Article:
1 Samuel 11:9 They (the mustered Israelite army) said to the messengers who had come, “You shall say to the men of Jabesh-gilead: ‘Tomorrow, by the time the sun is hot, you will have help [against the Ammonites].’” So the messengers came and reported this to the men of Jabesh; and they were overjoyed.

That last word, ‘overjoyed’ is evidence of the Jabeshites’ faith in the messengers’ news. Anxiety and fear fled when they trusted the communiqué. How do we know?  Look at how they rejoiced – not just a little, but with exUBERance.

Their demeanor and response backed up their profession that they believed the messengers. There was no longer a ‘need’ to fret.

Works don’t have to always be big actions.  Our settled feelings, our resting in God prove our faith.

Are these kinds of works easy? No!  I have to sometimes fight the fear and anxiety when facing a situation for which I have no answer and see no solution.

Just this week God has gifted us with a new opportunity to prove our faith.  An old enemy, a bodily response to worry sprang up suddenly, attacking my husband 3 days ago.  This condition had not plagued him for 4 1/2 years, so the return was a shock.  You know how the fear works, the well-worn pattern of thinking and ‘what-if-ing’ that accompanies these situations.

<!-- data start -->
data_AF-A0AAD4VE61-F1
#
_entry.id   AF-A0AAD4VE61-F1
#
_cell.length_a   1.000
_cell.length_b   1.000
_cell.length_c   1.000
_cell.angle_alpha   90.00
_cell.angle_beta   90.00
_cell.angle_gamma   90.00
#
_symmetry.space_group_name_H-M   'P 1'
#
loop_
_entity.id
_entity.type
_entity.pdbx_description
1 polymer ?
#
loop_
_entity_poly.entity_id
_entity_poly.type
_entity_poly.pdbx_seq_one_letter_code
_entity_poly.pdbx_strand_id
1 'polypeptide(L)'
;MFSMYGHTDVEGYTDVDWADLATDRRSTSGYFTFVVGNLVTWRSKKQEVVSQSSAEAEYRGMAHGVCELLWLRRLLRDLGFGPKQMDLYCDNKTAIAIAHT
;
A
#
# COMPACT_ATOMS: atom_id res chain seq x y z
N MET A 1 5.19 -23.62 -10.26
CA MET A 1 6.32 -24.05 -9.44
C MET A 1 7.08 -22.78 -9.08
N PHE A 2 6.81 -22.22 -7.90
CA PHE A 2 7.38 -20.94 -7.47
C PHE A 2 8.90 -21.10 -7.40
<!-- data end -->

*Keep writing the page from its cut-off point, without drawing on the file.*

Immediately I pulled out my go-to weapon of choice, Psalm 84:11 NO good thing does the Lord withhold from those whose way is upright.

I have to conclude, by reason, that if God has seen fit to allow this old enemy to plague us, then He has only good in mind.  By His grace, Mike and I ARE stronger and more practiced at trusting and wielding the sword of the Spirit.

Yes, it’s hard and continual, but I trust our good and loving Father.  And I want the spiritual forces of darkness AND my Christian brothers and sisters AND the unbelieving world to witness what faith in God looks like in a Christian.

Habakkuk 3:17-18 Though the fig tree should not blossom and there be no fruit on the vines, though the yield of the olive should fail and the fields produce no food, though the flock should be cut off from the fold and there be no cattle in the stalls, YET I will exult in the LORD, I will rejoice in the God of my salvation.